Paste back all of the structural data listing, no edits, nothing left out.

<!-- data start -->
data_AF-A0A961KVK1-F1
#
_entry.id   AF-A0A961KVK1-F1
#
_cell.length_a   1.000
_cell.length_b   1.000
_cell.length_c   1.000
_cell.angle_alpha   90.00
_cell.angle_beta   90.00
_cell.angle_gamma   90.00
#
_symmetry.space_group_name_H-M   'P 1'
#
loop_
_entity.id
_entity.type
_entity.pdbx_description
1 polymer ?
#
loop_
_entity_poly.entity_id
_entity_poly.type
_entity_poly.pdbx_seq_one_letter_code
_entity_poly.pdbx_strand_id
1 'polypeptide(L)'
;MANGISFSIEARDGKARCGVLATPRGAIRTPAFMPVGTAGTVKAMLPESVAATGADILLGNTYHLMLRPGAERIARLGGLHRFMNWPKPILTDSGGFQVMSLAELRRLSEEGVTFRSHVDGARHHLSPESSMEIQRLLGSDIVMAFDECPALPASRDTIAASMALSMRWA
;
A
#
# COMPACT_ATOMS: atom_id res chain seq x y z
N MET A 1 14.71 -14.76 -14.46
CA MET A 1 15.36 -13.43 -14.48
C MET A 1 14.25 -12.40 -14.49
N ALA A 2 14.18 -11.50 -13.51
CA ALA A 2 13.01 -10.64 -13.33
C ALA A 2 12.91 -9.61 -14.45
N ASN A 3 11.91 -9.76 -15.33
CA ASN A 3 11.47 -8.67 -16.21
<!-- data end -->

data_AF-A0A961KVK1-F1
#
_entry.id   AF-A0A961KVK1-F1
#
_cell.length_a   1.000
_cell.length_b   1.000
_cell.length_c   1.000
_cell.angle_alpha   90.00
_cell.angle_beta   90.00
_cell.angle_gamma   90.00
#
_symmetry.space_group_name_H-M   'P 1'
#
loop_
_entity.id
_entity.type
_entity.pdbx_description
1 polymer ?
#
loop_
_entity_poly.entity_id
_entity_poly.type
_entity_poly.pdbx_seq_one_letter_code
_entity_poly.pdbx_strand_id
1 'polypeptide(L)'
;MANGISFSIEARDGKARCGVLATPRGAIRTPAFMPVGTAGTVKAMLPESVAATGADILLGNTYHLMLRPGAERIARLGGLHRFMNWPKPILTDSGGFQVMSLAELRRLSEEGVTFRSHVDGARHHLSPESSMEIQRLLGSDIVMAFDECPALPASRDTIAASMALSMRWA
;
A
#
# COMPACT_ATOMS: atom_id res chain seq x y z
N MET A 1 14.71 -14.76 -14.46
CA MET A 1 15.36 -13.43 -14.48
C MET A 1 14.25 -12.40 -14.49
N ALA A 2 14.18 -11.50 -13.51
CA ALA A 2 13.01 -10.64 -13.33
C ALA A 2 12.91 -9.61 -14.45
N ASN A 3 11.91 -9.76 -15.33
CA ASN A 3 11.47 -8.67 -16.21